Beware of Counterfeit Adderall
The latest player in the ongoing story of counterfeit drugs is Adderall, a controlled substance prescribed to treat attention deficit hyperactivity disorders (ADHD) and narcolepsy.
Last week the FDA issued a warning to consumers that counterfeit 30 mg tablets of Adderall were available for purchase via the Internet. “The counterfeit versions of Adderall should be considered as unsafe, ineffective and potentially harmful,” the FDA said.
Preliminary lab tests showed that the counterfeit meds contained the wrong active ingredients, replacing the legitimate compounds with tramadol and acetaminophen, which treat acute pain.
For patients who need Adderall, the situation can be dire: Adderall is on the FDA’s drug shortage list, thanks to supply problems manufacturer Teva Pharmaceuticals is having with the active ingredients. The FDA warned that rogue websites and distributors take advantage especially of medicines in short supply, and that consumer must exercise extreme caution when purchasing them online.
Purveyors of the bogus drugs don’t require a prescription, which is a huge red flag right there.
Authentic Adderall 30 mg tablets are round, scored, orange/peach in color and are embossed with “dp” on one side and “30” on the other. The counterfeit pills are round, white, smooth and bear no markings. Click here for photos of both.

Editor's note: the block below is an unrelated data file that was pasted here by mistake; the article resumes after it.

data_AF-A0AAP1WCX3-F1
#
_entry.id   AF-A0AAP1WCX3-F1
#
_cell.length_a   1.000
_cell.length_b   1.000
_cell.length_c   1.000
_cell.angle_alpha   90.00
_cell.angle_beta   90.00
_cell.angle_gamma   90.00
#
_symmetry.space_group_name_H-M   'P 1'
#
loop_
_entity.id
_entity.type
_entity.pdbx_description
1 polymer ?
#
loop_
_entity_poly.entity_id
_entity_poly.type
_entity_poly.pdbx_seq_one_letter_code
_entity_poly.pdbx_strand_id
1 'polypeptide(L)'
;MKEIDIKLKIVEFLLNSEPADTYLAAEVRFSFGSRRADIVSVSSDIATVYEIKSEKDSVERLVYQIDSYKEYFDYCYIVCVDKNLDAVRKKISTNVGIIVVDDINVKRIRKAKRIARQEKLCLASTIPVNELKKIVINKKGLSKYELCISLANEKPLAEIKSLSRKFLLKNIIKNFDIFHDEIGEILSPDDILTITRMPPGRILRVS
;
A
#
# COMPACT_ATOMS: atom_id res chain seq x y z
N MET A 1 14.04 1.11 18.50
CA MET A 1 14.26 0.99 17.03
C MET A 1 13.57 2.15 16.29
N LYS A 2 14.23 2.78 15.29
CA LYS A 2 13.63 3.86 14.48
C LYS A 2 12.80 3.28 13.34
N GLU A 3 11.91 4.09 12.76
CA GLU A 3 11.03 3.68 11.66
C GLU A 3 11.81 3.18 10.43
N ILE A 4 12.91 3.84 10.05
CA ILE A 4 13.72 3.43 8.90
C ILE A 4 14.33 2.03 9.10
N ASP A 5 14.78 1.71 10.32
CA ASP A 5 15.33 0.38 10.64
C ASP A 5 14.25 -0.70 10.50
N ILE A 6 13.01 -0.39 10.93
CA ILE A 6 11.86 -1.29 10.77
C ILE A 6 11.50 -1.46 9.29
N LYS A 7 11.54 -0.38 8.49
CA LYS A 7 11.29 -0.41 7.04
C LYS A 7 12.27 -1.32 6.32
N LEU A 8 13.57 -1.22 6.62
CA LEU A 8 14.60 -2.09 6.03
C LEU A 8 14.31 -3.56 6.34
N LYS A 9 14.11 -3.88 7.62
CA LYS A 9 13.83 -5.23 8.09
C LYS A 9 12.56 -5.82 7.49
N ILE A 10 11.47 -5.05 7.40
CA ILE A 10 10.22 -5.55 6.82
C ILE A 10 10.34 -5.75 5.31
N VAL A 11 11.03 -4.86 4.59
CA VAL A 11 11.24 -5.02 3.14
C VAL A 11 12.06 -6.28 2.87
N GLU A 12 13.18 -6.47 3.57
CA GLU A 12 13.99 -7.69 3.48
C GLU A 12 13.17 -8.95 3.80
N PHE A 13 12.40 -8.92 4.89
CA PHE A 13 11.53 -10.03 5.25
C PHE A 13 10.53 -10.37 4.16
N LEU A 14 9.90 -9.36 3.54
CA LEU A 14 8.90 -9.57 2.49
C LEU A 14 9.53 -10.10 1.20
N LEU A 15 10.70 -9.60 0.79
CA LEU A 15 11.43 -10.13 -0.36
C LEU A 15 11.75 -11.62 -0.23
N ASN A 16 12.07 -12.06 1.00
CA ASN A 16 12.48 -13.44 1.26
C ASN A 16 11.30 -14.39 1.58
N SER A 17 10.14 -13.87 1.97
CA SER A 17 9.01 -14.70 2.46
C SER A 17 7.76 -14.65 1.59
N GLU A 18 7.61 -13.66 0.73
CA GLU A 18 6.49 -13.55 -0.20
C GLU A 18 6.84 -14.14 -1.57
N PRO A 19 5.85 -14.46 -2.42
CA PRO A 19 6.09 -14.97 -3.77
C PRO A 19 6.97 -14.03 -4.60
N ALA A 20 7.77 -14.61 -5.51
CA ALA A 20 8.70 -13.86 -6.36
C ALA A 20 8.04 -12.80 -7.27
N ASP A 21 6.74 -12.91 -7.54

In addition, Teva packages Adderall 30 mg tablets only in 100-count bottles with the National Drug Code listed—0555-0768-02. Counterfeit Adderall comes in a blister package that may have misspellings.
Do not take tablets you suspect might be counterfeit, or if you are unsure. Telephone the FDA for additional information (888 463-6332) and contact your doctor if your pills are suspect and/or you can’t find a supply of legitimate medicine.
Also, report any negative side effects or adverse events that you believe are the result of taking Adderall, whether or not you know if it’s counterfeit. Contact the FDA’s MedWatch Safety Information and Adverse Event Reporting Program here. You can also request a reporting form by calling (800) 332-1088.
If you think you have counterfeit Adderall, contact the FDA’s Office of Criminal Investigations here, or call (800) 551-3989.
People interested in learning more about our firm's legal services, including medical malpractice in Washington, D.C., Maryland and Virginia, may ask questions or send us information about a particular case by phone or email. There is no charge for contacting us regarding your inquiry. A malpractice attorney will respond within 24 hours.
All contents copyrighted 2010 Patrick Malone & Associates except where copyright held by others. Reproduction in any form prohibited except where expressly granted.